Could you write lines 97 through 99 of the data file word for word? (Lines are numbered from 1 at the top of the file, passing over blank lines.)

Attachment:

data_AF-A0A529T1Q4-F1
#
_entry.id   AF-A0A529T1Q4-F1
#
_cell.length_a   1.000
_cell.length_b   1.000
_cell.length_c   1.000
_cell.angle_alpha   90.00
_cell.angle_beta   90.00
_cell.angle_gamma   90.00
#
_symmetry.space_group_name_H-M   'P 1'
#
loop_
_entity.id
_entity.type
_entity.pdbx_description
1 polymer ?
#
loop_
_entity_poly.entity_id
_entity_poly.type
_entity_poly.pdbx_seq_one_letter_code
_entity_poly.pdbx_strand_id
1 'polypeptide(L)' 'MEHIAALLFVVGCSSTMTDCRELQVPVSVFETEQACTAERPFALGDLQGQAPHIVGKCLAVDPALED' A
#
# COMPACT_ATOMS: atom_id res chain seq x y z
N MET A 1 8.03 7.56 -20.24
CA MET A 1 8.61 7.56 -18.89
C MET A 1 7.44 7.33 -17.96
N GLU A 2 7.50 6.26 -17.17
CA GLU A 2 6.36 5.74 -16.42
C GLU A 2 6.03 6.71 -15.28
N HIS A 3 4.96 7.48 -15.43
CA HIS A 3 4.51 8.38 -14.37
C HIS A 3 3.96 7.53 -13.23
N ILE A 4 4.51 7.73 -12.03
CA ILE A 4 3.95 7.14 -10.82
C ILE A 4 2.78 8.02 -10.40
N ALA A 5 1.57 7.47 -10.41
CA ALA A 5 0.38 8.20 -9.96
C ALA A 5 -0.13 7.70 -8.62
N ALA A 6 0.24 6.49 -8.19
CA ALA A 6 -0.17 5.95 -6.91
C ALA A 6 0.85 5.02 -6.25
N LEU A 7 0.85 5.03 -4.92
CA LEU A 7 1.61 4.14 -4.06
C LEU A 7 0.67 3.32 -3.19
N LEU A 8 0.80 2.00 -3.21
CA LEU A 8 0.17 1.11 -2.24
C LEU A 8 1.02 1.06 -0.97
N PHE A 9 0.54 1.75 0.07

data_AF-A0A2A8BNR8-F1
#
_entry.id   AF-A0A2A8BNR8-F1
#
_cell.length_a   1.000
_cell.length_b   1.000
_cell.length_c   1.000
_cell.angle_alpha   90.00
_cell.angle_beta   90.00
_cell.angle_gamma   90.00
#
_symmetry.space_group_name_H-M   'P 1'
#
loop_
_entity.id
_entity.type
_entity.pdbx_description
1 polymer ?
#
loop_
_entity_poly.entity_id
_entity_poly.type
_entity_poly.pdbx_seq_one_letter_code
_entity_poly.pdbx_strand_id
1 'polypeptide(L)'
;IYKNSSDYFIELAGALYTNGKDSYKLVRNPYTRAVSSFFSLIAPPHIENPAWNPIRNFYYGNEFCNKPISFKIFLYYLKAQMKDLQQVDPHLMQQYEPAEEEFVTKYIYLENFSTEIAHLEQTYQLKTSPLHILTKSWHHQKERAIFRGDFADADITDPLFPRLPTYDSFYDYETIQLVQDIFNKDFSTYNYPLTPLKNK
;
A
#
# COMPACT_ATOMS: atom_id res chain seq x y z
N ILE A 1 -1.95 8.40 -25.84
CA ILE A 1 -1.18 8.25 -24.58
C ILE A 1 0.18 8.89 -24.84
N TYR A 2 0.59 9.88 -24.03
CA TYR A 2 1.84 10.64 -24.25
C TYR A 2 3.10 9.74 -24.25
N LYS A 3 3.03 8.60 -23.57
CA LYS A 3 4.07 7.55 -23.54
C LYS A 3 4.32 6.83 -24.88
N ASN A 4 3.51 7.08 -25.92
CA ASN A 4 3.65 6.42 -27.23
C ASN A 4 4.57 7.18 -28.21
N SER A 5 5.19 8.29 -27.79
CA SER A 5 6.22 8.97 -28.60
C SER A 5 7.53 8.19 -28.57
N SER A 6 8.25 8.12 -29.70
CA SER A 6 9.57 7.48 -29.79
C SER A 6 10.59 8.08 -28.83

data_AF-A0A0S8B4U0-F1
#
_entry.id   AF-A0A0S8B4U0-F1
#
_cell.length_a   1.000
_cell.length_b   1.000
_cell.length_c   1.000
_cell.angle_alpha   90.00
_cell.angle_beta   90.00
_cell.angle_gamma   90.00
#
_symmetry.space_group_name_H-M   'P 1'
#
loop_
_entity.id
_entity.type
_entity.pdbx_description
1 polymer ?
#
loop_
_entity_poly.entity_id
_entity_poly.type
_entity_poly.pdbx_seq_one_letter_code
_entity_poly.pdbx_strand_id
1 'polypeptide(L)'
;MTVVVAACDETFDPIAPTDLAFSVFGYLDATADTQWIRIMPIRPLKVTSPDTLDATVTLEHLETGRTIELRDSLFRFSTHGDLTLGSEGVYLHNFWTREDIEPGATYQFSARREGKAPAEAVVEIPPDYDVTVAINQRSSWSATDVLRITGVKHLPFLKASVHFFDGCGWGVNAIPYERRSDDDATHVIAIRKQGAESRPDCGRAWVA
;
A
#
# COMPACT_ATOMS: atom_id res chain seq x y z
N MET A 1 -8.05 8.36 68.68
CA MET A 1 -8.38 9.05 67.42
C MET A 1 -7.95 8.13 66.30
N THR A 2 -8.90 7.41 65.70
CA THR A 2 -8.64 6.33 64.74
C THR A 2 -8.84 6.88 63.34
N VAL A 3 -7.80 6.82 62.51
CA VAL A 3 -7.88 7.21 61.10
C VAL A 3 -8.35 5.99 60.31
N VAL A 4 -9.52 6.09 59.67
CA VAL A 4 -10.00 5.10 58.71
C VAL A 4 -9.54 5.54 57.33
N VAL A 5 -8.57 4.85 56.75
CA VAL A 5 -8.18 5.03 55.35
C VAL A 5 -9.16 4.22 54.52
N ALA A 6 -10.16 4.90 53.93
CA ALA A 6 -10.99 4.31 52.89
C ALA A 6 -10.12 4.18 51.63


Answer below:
C SER A 5 7.53 8.19 -28.57
N SER A 6 8.25 8.12 -29.70
CA SER A 6 9.57 7.48 -29.79